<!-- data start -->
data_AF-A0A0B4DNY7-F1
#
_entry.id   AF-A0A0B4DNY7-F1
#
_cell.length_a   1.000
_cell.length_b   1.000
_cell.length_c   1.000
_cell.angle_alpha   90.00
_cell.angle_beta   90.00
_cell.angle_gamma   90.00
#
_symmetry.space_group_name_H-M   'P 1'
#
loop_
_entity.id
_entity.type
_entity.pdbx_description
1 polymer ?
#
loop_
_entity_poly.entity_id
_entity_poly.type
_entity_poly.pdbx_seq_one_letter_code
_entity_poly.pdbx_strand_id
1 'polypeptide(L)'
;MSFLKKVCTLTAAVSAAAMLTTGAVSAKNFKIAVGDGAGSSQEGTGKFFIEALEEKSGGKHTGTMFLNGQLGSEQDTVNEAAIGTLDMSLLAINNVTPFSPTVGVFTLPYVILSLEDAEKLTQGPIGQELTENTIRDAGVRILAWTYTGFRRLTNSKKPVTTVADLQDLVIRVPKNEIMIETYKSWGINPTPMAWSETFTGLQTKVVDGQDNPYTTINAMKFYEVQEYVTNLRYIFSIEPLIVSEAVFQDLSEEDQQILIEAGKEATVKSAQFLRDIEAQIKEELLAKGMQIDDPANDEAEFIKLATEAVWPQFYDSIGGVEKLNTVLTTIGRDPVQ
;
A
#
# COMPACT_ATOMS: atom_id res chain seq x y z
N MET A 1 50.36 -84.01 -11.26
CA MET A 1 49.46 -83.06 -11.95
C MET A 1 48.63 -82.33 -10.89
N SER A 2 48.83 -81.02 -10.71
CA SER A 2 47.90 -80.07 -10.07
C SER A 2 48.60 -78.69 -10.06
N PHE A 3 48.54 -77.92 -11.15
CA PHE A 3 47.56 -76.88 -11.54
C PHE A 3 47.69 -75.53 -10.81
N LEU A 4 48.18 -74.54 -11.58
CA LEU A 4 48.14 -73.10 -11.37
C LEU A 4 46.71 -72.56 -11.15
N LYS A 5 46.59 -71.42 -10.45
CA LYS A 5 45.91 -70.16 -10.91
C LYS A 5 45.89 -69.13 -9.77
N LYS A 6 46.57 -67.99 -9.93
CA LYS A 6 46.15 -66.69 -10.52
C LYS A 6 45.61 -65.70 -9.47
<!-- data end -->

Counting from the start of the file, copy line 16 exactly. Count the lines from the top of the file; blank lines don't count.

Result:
_entity.type